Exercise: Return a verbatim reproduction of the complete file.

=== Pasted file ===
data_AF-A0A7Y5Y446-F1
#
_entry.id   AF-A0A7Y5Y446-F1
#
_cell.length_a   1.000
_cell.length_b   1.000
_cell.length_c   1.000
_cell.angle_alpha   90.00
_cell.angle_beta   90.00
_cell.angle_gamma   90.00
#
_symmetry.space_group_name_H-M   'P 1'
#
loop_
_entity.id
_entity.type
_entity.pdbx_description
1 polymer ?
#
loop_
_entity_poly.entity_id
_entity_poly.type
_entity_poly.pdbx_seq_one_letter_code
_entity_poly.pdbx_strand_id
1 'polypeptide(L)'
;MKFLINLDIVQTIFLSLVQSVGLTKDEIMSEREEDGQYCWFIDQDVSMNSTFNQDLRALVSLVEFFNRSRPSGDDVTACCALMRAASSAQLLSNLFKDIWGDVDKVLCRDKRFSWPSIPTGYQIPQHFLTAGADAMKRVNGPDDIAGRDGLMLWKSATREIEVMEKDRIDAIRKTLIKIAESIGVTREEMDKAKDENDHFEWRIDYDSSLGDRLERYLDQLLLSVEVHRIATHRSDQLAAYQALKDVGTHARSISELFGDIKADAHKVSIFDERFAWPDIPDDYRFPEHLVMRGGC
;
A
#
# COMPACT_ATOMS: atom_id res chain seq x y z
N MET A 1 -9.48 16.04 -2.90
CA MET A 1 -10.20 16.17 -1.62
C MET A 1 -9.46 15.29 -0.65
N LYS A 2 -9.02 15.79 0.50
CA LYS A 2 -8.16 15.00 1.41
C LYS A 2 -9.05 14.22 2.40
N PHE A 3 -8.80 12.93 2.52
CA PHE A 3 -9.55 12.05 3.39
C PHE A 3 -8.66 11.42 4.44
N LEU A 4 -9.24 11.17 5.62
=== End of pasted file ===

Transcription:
data_AF-A0A7Y5Y446-F1
#
_entry.id   AF-A0A7Y5Y446-F1
#
_cell.length_a   1.000
_cell.length_b   1.000
_cell.length_c   1.000
_cell.angle_alpha   90.00
_cell.angle_beta   90.00
_cell.angle_gamma   90.00
#
_symmetry.space_group_name_H-M   'P 1'
#
loop_
_entity.id
_entity.type
_entity.pdbx_description
1 polymer ?
#
loop_
_entity_poly.entity_id
_entity_poly.type
_entity_poly.pdbx_seq_one_letter_code
_entity_poly.pdbx_strand_id
1 'polypeptide(L)'
;MKFLINLDIVQTIFLSLVQSVGLTKDEIMSEREEDGQYCWFIDQDVSMNSTFNQDLRALVSLVEFFNRSRPSGDDVTACCALMRAASSAQLLSNLFKDIWGDVDKVLCRDKRFSWPSIPTGYQIPQHFLTAGADAMKRVNGPDDIAGRDGLMLWKSATREIEVMEKDRIDAIRKTLIKIAESIGVTREEMDKAKDENDHFEWRIDYDSSLGDRLERYLDQLLLSVEVHRIATHRSDQLAAYQALKDVGTHARSISELFGDIKADAHKVSIFDERFAWPDIPDDYRFPEHLVMRGGC
;
A
#
# COMPACT_ATOMS: atom_id res chain seq x y z
N MET A 1 -9.48 16.04 -2.90
CA MET A 1 -10.20 16.17 -1.62
C MET A 1 -9.46 15.29 -0.65
N LYS A 2 -9.02 15.79 0.50
CA LYS A 2 -8.16 15.00 1.41
C LYS A 2 -9.05 14.22 2.40
N PHE A 3 -8.80 12.93 2.52
CA PHE A 3 -9.55 12.05 3.39
C PHE A 3 -8.66 11.42 4.44
N LEU A 4 -9.24 11.17 5.62